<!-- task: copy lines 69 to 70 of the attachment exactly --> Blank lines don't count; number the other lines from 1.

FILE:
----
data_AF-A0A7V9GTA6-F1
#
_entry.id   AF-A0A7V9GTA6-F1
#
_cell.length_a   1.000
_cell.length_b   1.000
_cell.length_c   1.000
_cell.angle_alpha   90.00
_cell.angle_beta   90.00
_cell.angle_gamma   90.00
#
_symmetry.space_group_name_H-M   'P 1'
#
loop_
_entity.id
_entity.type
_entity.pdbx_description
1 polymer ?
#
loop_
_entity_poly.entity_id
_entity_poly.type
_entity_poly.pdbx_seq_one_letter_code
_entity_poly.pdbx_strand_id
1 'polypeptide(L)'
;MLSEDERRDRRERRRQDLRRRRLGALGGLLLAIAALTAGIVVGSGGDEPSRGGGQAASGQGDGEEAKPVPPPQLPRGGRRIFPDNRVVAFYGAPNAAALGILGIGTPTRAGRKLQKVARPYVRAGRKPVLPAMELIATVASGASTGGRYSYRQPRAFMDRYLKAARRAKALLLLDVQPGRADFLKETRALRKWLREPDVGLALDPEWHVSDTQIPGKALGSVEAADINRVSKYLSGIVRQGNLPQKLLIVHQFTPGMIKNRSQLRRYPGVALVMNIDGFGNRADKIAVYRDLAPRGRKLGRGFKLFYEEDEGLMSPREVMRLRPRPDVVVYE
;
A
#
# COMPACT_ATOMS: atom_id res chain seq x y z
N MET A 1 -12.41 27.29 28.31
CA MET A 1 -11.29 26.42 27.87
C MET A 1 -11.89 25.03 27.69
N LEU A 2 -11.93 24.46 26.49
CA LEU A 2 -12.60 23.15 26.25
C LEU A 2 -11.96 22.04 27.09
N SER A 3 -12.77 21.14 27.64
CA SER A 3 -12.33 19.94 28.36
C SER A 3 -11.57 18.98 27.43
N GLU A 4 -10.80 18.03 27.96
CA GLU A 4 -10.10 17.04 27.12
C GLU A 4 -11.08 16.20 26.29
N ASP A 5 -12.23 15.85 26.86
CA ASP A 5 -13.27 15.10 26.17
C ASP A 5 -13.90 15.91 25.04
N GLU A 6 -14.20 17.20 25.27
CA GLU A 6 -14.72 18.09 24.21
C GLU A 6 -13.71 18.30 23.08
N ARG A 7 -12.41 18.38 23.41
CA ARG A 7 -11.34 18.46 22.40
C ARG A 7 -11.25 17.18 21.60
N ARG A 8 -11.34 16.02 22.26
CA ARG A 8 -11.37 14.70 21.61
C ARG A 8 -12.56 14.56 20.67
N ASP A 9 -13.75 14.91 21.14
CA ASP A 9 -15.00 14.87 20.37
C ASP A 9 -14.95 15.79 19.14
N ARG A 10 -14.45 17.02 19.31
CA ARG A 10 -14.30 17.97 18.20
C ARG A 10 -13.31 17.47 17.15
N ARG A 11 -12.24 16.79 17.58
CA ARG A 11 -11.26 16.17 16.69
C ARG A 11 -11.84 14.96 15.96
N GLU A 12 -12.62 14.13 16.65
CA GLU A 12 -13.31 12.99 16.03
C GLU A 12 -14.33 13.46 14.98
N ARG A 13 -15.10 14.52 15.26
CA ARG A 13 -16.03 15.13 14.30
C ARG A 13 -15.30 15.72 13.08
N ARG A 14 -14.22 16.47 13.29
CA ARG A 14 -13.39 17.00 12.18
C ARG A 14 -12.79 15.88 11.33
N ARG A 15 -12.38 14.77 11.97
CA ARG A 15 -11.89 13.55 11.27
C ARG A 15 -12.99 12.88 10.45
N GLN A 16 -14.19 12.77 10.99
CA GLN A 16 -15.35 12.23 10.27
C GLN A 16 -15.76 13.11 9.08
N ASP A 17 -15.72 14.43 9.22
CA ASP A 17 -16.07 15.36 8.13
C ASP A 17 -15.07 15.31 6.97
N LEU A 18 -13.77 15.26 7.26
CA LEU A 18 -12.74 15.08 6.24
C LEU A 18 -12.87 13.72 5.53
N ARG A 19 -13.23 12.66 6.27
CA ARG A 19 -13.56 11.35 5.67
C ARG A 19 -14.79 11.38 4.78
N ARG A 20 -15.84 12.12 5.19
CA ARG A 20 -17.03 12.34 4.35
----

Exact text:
C ARG A 13 -15.30 15.72 13.08
N ARG A 14 -14.22 16.47 13.29